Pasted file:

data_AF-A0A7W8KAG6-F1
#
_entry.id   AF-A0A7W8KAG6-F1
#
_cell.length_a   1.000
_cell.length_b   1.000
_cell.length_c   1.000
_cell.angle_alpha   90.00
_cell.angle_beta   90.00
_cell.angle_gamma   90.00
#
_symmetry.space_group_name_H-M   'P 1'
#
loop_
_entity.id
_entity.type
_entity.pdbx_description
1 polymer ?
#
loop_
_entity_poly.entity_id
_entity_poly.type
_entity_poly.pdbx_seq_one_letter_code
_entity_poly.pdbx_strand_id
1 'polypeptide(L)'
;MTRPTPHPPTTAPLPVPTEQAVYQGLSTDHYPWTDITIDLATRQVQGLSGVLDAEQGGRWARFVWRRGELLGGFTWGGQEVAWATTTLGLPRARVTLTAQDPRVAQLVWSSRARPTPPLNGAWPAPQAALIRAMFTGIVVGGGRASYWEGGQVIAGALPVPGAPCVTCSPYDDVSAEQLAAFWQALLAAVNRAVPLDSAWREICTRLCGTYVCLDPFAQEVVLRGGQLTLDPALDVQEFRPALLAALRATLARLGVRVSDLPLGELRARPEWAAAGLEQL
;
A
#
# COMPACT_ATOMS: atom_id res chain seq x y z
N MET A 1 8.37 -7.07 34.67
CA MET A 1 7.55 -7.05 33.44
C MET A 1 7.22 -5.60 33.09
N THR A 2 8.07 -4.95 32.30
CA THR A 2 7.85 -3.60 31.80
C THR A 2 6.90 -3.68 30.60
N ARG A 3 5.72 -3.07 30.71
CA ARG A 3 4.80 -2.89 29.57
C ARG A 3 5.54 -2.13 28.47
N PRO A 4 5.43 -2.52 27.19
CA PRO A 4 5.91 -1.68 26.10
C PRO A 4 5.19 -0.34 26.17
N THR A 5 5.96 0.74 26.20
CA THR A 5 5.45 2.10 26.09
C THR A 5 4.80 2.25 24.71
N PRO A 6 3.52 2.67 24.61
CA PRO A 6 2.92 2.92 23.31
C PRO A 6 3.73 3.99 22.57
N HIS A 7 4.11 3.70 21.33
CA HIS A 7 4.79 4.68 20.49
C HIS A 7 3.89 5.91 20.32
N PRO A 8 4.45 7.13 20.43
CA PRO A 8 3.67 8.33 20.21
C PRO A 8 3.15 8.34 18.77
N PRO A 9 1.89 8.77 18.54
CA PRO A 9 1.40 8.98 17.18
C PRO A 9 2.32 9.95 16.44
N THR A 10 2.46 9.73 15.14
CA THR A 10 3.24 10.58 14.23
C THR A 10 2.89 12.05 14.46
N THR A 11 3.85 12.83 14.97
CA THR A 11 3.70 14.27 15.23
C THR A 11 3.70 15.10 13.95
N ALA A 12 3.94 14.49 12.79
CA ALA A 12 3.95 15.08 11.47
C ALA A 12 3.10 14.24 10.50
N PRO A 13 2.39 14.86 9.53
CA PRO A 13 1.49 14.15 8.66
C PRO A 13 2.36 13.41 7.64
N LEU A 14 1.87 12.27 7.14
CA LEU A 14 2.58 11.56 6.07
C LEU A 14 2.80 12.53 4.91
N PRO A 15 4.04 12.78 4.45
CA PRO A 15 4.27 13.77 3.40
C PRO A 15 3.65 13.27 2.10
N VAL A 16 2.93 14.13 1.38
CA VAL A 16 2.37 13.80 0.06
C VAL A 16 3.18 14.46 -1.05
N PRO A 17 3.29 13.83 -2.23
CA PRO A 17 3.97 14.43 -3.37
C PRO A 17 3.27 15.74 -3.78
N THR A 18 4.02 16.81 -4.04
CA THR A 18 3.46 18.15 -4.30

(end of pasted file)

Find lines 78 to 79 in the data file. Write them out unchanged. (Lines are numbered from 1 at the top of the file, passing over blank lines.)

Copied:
C VAL A 16 3.18 14.46 -1.05
N PRO A 17 3.29 13.83 -2.23